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The evitability of autonomous robot warfare*

Published online by Cambridge University Press:  04 March 2013


This is a call for the prohibition of autonomous lethal targeting by free-ranging robots. This article will first point out the three main international humanitarian law (IHL)/ethical issues with armed autonomous robots and then move on to discuss a major stumbling block to their evitability: misunderstandings about the limitations of robotic systems and artificial intelligence. This is partly due to a mythical narrative from science fiction and the media, but the real danger is in the language being used by military researchers and others to describe robots and what they can do. The article will look at some anthropomorphic ways that robots have been discussed by the military and then go on to provide a robotics case study in which the language used obfuscates the IHL issues. Finally, the article will look at problems with some of the current legal instruments and suggest a way forward to prohibition.

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Copyright © International Committee of the Red Cross 2013 

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The title is an allusion to a short story by Isaac Asimov, ‘The evitable conflict’, where ‘evitable’ means capable of being avoided. Evitability means avoidability.


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3 Article 50(1) of the Protocol Additional to the Geneva Conventions of 12 August 1949, and relating to the Protection of Victims of International Armed Conflicts, 8 June 1977 (hereinafter Additional Protocol I)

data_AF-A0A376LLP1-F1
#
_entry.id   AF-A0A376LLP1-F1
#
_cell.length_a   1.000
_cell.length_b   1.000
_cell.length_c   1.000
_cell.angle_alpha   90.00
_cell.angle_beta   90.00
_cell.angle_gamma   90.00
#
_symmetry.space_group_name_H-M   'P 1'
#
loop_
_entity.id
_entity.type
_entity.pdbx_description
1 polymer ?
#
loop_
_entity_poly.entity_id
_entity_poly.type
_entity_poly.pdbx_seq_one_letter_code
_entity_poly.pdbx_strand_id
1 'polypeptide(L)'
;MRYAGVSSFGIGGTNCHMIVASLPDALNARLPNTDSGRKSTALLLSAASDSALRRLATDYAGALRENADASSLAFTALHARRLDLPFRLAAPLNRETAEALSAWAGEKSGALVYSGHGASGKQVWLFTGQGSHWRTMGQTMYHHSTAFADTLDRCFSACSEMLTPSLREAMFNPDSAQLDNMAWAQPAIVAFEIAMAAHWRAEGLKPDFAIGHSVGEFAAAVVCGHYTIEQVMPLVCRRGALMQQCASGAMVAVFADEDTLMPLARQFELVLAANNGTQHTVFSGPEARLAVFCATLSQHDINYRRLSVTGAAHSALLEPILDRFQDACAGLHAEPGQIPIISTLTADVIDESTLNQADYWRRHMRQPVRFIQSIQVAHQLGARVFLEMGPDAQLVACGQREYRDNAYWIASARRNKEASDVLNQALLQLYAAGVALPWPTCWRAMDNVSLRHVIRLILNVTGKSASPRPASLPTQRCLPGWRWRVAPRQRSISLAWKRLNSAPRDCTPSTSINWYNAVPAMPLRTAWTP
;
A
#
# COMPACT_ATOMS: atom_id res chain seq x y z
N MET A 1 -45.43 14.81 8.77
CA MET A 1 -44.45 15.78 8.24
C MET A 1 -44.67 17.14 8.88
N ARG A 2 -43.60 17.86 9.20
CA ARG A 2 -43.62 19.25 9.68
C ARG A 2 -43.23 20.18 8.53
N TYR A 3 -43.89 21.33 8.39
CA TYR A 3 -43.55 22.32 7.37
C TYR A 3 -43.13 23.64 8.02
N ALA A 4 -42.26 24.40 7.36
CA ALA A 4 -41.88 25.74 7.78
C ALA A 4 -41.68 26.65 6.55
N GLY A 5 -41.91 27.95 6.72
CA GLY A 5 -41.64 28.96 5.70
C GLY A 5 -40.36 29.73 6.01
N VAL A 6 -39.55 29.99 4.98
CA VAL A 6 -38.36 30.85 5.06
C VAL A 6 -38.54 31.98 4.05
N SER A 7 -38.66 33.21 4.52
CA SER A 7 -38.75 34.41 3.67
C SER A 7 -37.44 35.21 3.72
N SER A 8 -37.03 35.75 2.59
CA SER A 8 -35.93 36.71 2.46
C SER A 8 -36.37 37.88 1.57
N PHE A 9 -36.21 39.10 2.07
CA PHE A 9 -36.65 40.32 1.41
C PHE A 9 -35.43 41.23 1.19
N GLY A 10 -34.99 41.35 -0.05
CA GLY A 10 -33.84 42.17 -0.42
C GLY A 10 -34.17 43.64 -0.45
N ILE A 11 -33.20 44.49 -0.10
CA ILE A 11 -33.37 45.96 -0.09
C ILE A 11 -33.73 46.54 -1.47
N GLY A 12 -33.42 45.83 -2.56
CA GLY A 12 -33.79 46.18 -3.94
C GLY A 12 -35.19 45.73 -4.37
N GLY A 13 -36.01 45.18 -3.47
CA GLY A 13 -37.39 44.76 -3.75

4 As a scientist I cannot exclude the notion that some black swan event could change my scepticism, but at present we certainly cannot rely on this as a credible option in discussions of lethal force and the protection of innocents.

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24 See R. C. Arkin, above note 6, p. 174.

25 Ibid., p. 91.

26 Ibid., p. 176.

27 Ibid., p. 172.

28 Ibid., p. 259.

29 Ibid., p. 174.

30 Ibid., p. 178.

31 Ibid., p. 47.

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33 I am uncomfortable with this expansion of the automation of killing for a number of other reasons that there is not space to cover in this critique. See, for example, Sharkey, Noel E., ‘Saying — No! to Lethal Autonomous Targeting’, in Journal of Military Ethics, Vol. 9, No. 4, 2010, pp. 299313CrossRefGoogle Scholar.

34 See also the statement of the International Committee for Robot Arms Control (ICRAC), at the Berlin Expert Workshop, September 2010, available at: (last visited 1 June 2012).

35 Additional Protocol I. This was not signed by the US.

36 There is a touch of the hat to the idea that there may be ethical issues in the ‘unmanned systems integrated road map 2009–2034’, but no detailed studies of the law or the issues are proposed.

37 United Nations Convention on Prohibitions or Restrictions on the Use of Certain Conventional Weapons Which May be Deemed to be Excessively Injurious or to Have Indiscriminate Effects, in force since 2 December 1983 and an annex to the Geneva Conventions of 12 August 1949. I thank David Akerson for discussions on this issue.

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40 Ibid., para. 105, subpara. 2E.

41 See N. Sharkey, above note 2.

42 Valery Insinna, ‘Drone strikes in Yemen should be more controlled, professor says’, interview with Christopher Swift for the National Defence Magazine, 10 October 2006, available at: (last visited January 2012).